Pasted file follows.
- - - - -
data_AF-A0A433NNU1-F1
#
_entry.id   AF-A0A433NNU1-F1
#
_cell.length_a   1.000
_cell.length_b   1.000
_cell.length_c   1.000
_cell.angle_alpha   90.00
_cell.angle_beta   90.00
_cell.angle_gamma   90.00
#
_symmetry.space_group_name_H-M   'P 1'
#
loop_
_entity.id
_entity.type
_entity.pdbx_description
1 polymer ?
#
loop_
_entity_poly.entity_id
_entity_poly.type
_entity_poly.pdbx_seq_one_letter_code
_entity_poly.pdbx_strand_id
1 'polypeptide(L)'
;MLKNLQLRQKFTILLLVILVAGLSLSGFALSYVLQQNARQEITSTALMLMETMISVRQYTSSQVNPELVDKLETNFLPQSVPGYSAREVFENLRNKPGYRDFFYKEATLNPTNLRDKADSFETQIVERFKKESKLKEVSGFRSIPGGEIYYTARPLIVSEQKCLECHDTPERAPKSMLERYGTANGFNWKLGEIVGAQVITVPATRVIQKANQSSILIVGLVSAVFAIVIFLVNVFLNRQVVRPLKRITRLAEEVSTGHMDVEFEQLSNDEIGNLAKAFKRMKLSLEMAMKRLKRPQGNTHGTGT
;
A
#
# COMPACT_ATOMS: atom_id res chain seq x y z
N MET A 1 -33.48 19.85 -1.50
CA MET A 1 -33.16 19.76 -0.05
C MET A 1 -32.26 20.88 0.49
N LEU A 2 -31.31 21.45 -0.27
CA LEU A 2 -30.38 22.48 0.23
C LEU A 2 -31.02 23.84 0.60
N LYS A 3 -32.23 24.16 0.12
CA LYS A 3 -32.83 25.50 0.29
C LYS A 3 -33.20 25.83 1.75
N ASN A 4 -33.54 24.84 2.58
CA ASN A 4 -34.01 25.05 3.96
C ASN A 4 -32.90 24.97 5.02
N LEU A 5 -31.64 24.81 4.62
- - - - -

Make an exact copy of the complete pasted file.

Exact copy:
data_AF-A0A433NNU1-F1
#
_entry.id   AF-A0A433NNU1-F1
#
_cell.length_a   1.000
_cell.length_b   1.000
_cell.length_c   1.000
_cell.angle_alpha   90.00
_cell.angle_beta   90.00
_cell.angle_gamma   90.00
#
_symmetry.space_group_name_H-M   'P 1'
#
loop_
_entity.id
_entity.type
_entity.pdbx_description
1 polymer ?
#
loop_
_entity_poly.entity_id
_entity_poly.type
_entity_poly.pdbx_seq_one_letter_code
_entity_poly.pdbx_strand_id
1 'polypeptide(L)'
;MLKNLQLRQKFTILLLVILVAGLSLSGFALSYVLQQNARQEITSTALMLMETMISVRQYTSSQVNPELVDKLETNFLPQSVPGYSAREVFENLRNKPGYRDFFYKEATLNPTNLRDKADSFETQIVERFKKESKLKEVSGFRSIPGGEIYYTARPLIVSEQKCLECHDTPERAPKSMLERYGTANGFNWKLGEIVGAQVITVPATRVIQKANQSSILIVGLVSAVFAIVIFLVNVFLNRQVVRPLKRITRLAEEVSTGHMDVEFEQLSNDEIGNLAKAFKRMKLSLEMAMKRLKRPQGNTHGTGT
;
A
#
# COMPACT_ATOMS: atom_id res chain seq x y z
N MET A 1 -33.48 19.85 -1.50
CA MET A 1 -33.16 19.76 -0.05
C MET A 1 -32.26 20.88 0.49
N LEU A 2 -31.31 21.45 -0.27
CA LEU A 2 -30.38 22.48 0.23
C LEU A 2 -31.02 23.84 0.60
N LYS A 3 -32.23 24.16 0.12
CA LYS A 3 -32.83 25.50 0.29
C LYS A 3 -33.20 25.83 1.75
N ASN A 4 -33.54 24.84 2.58
CA ASN A 4 -34.01 25.05 3.96
C ASN A 4 -32.90 24.97 5.02
N LEU A 5 -31.64 24.81 4.62